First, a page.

The norms for a no-fly list to rein in unruly passengers are expected to be ready early next month, the government said on Sunday, amid a parliamentarian being barred by domestic airlines for allegedly creating a ruckus.
A revised Civil Aviation Requirement (CAR) is being finalised after receiving comments from the stakeholders.
The civil aviation ministry has already come out with draft rules for a 'national no-fly list' of unruly passengers for all domestic carriers, under which the flying ban could extend from at least three months to an indefinite period.
The CAR related to the no-fly list is expected to be notified in the first week of July, Civil Aviation Secretary R N Choubey told PTI.
Lok Sabha member from TDP, J C Diwakar Reddy, has been barred by major airlines from taking their flights following allegedly creating the ruckus at Vizag airport last week as he was denied boarding by IndiGo. Reddy belongs to the same party as that of Civil Aviation Minister Ashok Gajapathi Raju.
This is the second incident involving a Lok Sabha member, after Shiv Sena's Ravindra Gaikwad was banned by carriers for some time after he had assaulted an Air India staffer a few months ago.
As per the draft norms, the national no-fly list will include names of passengers identified as unruly after an inquiry by a committee constituted by a particular airline. A person identified as a threat by security agencies would also be included in this list.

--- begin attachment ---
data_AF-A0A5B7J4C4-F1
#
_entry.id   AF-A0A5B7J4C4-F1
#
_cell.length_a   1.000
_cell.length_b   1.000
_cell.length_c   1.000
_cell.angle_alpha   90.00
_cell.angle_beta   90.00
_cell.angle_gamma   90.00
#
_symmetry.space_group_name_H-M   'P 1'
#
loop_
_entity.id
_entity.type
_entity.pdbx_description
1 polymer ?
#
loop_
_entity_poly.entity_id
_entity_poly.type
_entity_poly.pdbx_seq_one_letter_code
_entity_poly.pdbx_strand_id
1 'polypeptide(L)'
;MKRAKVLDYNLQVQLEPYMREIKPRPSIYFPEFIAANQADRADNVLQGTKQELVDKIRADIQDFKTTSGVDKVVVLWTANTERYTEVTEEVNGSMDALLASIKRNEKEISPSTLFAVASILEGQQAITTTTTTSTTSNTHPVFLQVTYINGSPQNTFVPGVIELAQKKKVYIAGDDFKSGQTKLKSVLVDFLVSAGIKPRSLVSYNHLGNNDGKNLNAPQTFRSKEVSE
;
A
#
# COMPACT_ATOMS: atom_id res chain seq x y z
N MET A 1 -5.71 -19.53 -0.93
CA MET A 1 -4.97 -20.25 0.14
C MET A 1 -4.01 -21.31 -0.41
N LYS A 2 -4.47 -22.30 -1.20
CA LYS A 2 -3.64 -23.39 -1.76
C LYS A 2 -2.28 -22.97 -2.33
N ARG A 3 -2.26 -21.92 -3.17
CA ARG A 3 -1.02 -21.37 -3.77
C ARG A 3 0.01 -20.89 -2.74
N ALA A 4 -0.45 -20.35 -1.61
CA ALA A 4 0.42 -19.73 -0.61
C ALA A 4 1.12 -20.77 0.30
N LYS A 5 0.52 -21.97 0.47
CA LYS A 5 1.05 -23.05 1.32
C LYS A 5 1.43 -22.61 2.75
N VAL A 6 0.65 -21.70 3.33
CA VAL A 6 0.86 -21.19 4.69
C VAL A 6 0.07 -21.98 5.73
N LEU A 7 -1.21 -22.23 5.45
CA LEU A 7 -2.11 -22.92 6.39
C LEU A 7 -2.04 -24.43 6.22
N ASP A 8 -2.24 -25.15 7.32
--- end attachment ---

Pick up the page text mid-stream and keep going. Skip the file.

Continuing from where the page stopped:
While the list is characterised as 'national' and would have data on disruptive passengers from all airlines, the ban recommended by the committee is not mandatory for all airlines to follow.
The government had recommended three levels of unruly behaviour, each with a corresponding duration of flying ban.
The first level of misdemeanour includes disruptive behaviour such as physical gestures, verbal harassment and unruly behaviour because of inebriation. This level of offence would carry a flying ban of three months.
The second level relates to physically abusive behaviour such as pushing, hitting, grabbing, inappropriate touching or sexual harassment. Such actions could attract a six-month ban.
The third category pertains to life threatening behaviour such as damage to aircraft operating system, physical violence and attempted breach of flight crew compartment. In such instances, the ban could be for two years or an indefinite period.
If a passenger repeats the same degree of offence, he or she would be banned for twice the period of the previous ban.